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Google has been asked by the EU to revise its privacy policy

Posted: , posted by Maxwell R.

Google has been asked by the EU to revise its privacy policy
You may remember a disturbance in the force when Google announced a new privacy policy earlier this year. Google consolidated 60 distinct privacy policies into on across all its services from which, users could not opt out.

There was a lot of discussion about what these changes meant. However, given the ubiquity of Google’s services, most people accepted the “cost” of these free products, email, YouTube, Google+, Google Docs, Google Play, Android, and beyond, and the data collection continued.

Well, 24 of the EU’s 27 data regulators, plus administrators in Croatia and Liechtenstein, wrote a letter to Google suggesting Google reevaluate its policy of all this combined personal data. The regulators did not call Google’s data collection illegal, but it does follow an investigation which has begun by France’s Commission Nationale de l’Informatique. Oddly, France’s investigation began before Google’s new privacy policy was even introduced, so the letter may address broader questions about data being collected.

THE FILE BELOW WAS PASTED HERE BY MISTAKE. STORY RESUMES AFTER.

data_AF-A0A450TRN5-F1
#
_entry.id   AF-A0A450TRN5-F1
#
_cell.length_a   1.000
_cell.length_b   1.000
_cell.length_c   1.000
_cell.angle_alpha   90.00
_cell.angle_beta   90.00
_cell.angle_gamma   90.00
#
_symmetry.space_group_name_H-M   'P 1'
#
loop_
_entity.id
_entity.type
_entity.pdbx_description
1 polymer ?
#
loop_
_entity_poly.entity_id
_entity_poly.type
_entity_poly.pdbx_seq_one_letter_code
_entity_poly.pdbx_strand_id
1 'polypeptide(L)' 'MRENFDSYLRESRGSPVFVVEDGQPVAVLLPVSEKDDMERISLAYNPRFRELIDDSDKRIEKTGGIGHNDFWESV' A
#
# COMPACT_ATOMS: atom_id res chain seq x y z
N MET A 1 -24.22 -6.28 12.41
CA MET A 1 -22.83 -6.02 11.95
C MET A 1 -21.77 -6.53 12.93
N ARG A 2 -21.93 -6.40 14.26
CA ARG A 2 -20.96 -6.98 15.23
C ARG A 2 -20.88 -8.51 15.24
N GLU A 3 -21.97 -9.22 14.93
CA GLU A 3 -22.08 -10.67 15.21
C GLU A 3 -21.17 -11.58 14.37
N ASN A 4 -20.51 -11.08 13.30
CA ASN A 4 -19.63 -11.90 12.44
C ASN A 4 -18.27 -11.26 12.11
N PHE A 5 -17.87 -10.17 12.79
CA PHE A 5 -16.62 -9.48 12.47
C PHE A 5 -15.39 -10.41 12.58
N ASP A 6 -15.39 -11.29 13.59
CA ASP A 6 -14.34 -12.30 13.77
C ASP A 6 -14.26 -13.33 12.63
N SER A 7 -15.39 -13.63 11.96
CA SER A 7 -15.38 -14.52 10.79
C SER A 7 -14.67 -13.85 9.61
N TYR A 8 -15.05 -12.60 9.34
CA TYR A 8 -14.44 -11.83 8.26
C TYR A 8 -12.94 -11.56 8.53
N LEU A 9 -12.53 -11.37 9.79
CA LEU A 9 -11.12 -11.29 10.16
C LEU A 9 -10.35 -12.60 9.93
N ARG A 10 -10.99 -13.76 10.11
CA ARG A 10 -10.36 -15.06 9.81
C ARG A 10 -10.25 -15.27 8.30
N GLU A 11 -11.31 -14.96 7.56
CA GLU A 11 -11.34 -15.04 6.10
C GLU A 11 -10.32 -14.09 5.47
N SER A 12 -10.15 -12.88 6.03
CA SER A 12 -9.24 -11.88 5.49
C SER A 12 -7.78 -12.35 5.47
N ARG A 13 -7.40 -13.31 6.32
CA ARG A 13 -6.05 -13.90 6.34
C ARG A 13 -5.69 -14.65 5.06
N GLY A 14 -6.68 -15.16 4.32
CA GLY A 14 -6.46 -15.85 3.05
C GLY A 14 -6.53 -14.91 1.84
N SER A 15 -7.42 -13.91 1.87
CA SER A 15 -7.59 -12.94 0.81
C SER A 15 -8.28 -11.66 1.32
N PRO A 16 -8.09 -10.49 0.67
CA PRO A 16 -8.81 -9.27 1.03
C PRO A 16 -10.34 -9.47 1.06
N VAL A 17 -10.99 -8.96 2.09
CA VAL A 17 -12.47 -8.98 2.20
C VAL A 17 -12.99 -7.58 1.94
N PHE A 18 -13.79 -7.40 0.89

The letter makes twelve recommendations as to how Google might refine its policy. The first five outline how the internet search and ad company might tell its users about how information and browsing records are kept and used, as well as location data and credit card data. The rest is asking Google to clearly and simply outline to users what the company’s intentions are and allow people to opt out from bundling data.

Of course, this data is collected to provide hyper-accurate demographic data to businesses that want to sell you stuff. Google Ads are the main source of revenue for the company, and some think Google may test the EU’s resolve on the matter.



The timing of this letter is probably not a coincidence, since Google is already discussing with the EU questions being raised about the company’s business practices with regards to search advertising versus its competitors.

source: Reuters

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